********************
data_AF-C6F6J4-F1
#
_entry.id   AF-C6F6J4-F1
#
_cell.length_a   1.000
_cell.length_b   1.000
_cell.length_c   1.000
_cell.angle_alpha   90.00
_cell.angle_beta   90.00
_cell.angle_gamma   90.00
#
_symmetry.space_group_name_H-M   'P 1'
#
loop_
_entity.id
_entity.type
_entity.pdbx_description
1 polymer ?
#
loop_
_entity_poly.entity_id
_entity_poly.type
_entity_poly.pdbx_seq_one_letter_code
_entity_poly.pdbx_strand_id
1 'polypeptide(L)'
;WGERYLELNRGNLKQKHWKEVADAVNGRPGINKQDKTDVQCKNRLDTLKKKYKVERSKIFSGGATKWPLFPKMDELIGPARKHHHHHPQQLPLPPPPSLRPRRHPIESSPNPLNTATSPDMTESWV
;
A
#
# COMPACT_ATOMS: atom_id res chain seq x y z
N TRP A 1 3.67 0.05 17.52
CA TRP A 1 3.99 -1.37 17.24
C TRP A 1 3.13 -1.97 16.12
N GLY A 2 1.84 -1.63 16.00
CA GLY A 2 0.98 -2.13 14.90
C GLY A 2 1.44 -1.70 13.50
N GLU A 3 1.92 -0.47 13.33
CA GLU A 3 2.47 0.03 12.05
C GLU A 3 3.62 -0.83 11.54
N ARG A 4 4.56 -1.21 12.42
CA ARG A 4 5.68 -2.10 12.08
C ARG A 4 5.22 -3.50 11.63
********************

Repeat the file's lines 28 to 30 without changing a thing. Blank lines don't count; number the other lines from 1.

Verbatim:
A
#
# COMPACT_ATOMS: atom_id res chain seq x y z